Your absolutely right about short selling and naked short selling. We need the former to provide discipline but the latter is not actually a good faith bet.


    October 16, 2008 at 8:13 pm

  3. I’ve struggled with the economic and philosophic implications of the bailout, while concluding that Paulson is correct that it is a completely necessary, and maybe even obvious, next step. And I’m not prone to taking the Fed or the cabinet at it’s word.

    From your write-up, you recognize the “seizing engine” nature of the crisis. If intra-institutional liquidity is the oil in the engine, then when that oil has gone a’missin, there isn’t much that regular market forces can do to get the crank turning again.

    I’m not sure if it’s a good analogy, but for better or worse, here’s how I think of Paulson’s proposoal to allow the government to be a clearinghouse for the worst of the toxic waste on balance sheets:

    Have you heard the blue-eye-green-eye-psychopaths on an
    island riddle? In it and similar puzzles, an outsider comes in and makes a declaration. Usually it’s declaration of a fact that the other participants are already aware of (e.g. — “people on this island have blue eyes”), but by dint of the observation coming from an independent actor at a fixed moment in time, it carries extra information. Now everybody knows that everybody knows the declared fact.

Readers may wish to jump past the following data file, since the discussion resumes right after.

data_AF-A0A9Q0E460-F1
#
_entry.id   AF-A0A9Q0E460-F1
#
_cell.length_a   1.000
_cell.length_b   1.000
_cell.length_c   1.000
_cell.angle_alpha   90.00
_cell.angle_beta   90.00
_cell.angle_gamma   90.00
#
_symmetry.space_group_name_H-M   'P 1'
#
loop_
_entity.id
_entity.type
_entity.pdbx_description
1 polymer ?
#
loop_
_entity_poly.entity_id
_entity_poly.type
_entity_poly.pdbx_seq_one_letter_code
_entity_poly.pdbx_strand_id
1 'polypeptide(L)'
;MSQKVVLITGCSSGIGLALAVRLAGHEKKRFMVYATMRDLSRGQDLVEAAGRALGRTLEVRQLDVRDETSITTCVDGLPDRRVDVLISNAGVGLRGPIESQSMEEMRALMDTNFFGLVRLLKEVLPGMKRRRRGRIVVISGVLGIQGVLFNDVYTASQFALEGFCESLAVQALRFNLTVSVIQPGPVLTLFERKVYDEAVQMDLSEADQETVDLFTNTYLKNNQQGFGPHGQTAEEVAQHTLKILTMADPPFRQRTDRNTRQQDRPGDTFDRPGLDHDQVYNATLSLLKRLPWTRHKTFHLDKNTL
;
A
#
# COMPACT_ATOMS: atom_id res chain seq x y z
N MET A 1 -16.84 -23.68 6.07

Paulson is effectively serving that function. He’s saying, “nobody is willing to trade because they don’t know if their counterparty is on the verge of bankrupcy or highly solvent. Well, I’m here to tell you that their assets are worth X.” Now all participants can act because not only has the value of the mystery assets been declared, but said
    value is being backed by a fairly reliable source and the downside is now somewhat knowable.

    It’s hard to say whether free market mechanisms alone could converge on some kind of valuation for those assets in time to get the engine turning over again. If they take too long, the stasis will have secondary consequences that are long lasting.


    October 20, 2008 at 4:19 pm

  4. Bruce, I love the blue-eye inductive proof puzzle analogy. It’s formally the same problem, but I’d never thought of it quite like that.

    For those who don’t know what he’s talking about, here’s the example.

    The connection between this puzzle and the markets is discussed in John Allen Paulos’ A Mathematician Plays the Stock Market

    Relatedly, we should question the media’s role in fueling the crisis, see my post on dangerous ideas


    October 21, 2008 at 9:56 pm

  5. My junior seminar in economics was actually on common knowledge and the blue-eyed people puzzle was day 1. As I recall, I was able to figure out the answer for myself.

    But the bailout plan is not equivalent because, as I mentioned in the original post, MBSs are no longer the issue. The cancer has spread. A cascade has already occurred. Institutions already had to sell other assets to cover their MBS losses using mark-to-market accounting for capital requirements.

    This puts their total position in doubt, not just their MBS position. That’s what the forced investments in leading banks was all about–to convince people that at least these select institutions were solvent.

    But I think the cost is far worse than the gain. The whole crisis was created by the quasi government status of Fannie and Freddie combined with political pressure. Now a good chunk of our entire banking system will be subject to the same pressure.

    If the government was concerned about making capital available to Main Street, they should have expanded lending to Main Street directly through the SBA. Then once those loans were paid off, the government involvement would be over.

    But now we’ve got a semi-permanent government finger in the pie of private institutions.


    October 22, 2008 at 5:51 am